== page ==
Pergola: Frequently Asked Questions

These are the most common questions I came across when researching my use of Pergolas.

A pergola is an outdoor structure designed to offer shade. It is often quite stylized and is frequently referred to as ‘adding an extra room outside’. It consists of pillars or posts that then hold a frame above head-height. A basic design would then have a regular array of crossbeams that go from one side to the other of the frame offering shade but with significant gaps to allow light thru and to maintain a bright airy feel. Other methods of creating the shade include adding shade cloth to the frame, growing plants up and over the structure or using other raw materials to cover the space between the crossbeams.

For more in-depth information then check How does a Pergola Work? or Top 14 Why’s, Do’s and Dont’s to having a Pergola.

‘Freestanding’ simply means that the pergola is not attached to any other structures. Freestanding Pergolas are usually located in gardens or yards where the entertaining area to be shaded is not directly next to the house. It is, however, perfectly possible to buy a freestanding Pergola kit and install it next to your house, to give shade over the desired spot, but not actually attach it to the property.

The significance of being freestanding is usually only relevant to the construction and will require the Pergola to use its own posts/pillars to support the roof frame. Rather than, for example, attaching a rafter along the outside edge of your house and using that to support one side of the Pergola roof.

Most Pergola kits will be Free Standing.

Open-sided Airy StructureMore Substantial StructureOpen airy structure, usually located for a particular view.
No Solid roof but has various options for adding shadeSolid RoofSolid Roof
Flat Top Usually PitchedPitched
Not RainproofRainproofRainproof
Attached or freestandingAttached or freestandingFreestanding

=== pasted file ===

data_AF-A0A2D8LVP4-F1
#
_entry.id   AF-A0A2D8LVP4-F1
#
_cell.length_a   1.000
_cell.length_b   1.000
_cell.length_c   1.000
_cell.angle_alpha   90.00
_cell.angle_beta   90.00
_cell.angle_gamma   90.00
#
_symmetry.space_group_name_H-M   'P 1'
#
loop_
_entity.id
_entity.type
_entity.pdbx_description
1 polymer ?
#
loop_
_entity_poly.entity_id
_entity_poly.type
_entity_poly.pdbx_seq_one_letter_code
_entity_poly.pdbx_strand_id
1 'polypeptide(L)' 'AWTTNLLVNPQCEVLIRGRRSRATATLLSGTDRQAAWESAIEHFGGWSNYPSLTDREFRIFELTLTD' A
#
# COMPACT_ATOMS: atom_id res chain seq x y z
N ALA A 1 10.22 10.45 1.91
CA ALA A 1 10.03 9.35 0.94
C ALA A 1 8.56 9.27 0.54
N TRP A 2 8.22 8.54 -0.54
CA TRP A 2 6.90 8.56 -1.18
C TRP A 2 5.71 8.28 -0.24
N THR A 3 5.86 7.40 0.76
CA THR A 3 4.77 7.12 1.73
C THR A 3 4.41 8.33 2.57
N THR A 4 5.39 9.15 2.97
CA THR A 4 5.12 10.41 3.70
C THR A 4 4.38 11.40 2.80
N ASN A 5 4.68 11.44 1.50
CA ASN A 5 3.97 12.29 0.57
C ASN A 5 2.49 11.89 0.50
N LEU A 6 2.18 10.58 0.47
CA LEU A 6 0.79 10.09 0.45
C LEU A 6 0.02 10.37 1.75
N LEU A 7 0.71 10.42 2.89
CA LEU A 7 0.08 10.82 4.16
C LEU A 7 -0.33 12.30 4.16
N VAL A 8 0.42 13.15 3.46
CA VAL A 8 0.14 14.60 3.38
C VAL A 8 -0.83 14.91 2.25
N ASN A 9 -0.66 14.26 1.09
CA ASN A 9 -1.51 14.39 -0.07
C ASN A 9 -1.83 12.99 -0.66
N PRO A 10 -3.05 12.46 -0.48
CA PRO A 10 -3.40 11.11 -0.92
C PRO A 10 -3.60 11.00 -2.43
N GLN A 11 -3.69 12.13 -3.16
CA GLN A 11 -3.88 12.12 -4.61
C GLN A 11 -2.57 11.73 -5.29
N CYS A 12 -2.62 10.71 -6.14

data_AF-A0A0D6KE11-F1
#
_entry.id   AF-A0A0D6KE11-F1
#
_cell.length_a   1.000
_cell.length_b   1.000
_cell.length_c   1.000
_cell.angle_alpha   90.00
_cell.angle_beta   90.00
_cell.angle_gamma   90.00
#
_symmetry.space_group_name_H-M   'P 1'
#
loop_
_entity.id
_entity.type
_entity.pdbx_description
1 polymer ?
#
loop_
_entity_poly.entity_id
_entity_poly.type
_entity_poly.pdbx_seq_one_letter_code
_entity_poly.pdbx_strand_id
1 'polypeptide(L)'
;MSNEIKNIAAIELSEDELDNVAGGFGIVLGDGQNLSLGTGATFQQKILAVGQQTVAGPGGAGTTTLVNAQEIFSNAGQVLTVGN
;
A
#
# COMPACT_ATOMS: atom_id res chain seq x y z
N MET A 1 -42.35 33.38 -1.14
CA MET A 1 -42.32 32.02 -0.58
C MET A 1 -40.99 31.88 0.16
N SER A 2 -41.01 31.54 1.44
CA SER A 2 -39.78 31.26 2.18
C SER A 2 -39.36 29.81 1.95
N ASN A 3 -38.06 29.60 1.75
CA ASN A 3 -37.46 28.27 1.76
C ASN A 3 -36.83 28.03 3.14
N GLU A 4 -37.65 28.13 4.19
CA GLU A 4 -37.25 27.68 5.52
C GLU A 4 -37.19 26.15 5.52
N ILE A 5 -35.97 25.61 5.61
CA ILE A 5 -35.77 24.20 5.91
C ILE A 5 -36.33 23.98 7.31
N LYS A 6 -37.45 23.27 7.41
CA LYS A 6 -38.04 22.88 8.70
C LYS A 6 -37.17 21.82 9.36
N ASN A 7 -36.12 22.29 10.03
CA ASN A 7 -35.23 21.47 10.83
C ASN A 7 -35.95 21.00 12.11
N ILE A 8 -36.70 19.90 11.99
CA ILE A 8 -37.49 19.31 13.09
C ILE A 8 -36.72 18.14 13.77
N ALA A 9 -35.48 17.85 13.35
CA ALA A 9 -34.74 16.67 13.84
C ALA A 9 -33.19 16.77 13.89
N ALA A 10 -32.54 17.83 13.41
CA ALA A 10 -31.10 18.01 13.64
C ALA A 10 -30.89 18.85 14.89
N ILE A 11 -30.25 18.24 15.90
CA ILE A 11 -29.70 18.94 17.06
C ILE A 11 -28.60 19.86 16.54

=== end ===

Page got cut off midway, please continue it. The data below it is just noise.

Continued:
Square or rectangularSquare or rectangularUsually Circular style with 5 – 8 sides
Usually, does not need planning permissionProbably Does need PermissionProbably Doesn’t need Permission

Both are open and airy garden structures that do not have solid roof structures, instead having a series of crossbeams often forming a grid pattern. They differ mostly in size and in there use.

Pergolas are meant to offer shade and tend to shield a larger area. This may be freestanding or attached and can as a walkway or simply as a dedicated area for relaxing/entertaining.

An Arbor is more of a smaller decorative feature. They may be arched (but not necessarily) and are often used to mark an entrance to a section of the garden/yard. They may also be fitted above or include a bench and used in scenic areas.

Both forms are commonly used to grow vines or other climbing plants that can grow over the structure with Arbors often having a latticework up the sides (as well as the top) where a Pergola would only have posts/pillars.

The suggested height of your pergola is dependent a little on the total size, with larger structures being taller. Having said that a normal height would be in the range from 7′ / 2.1m up to over 11′ / 3.35m depending on the size and the location. The minimum should be 6’8 / 2.05m which is the same height as a doorway.

Other considerations to the aesthetics, such as the Golden Ratio (length is 1.618 times the height), may also help you decide as well as other factors such as attached Pergolas being below the roofline.

A Pergola with a solid roof can also be called a Ramada or possibly a Gazebo.

All three are garden structures but a Ramada and Gazebo have solid, usually pitched, roofs and offer protection from the rain as well as shade from the sun.

It is, however, common to find companies offering waterproof covers for Pergolas, this may not be strictly adhering to the Pergola definition but are usually where they maintain the same open, airy appearance or where the covers are added after the initial build.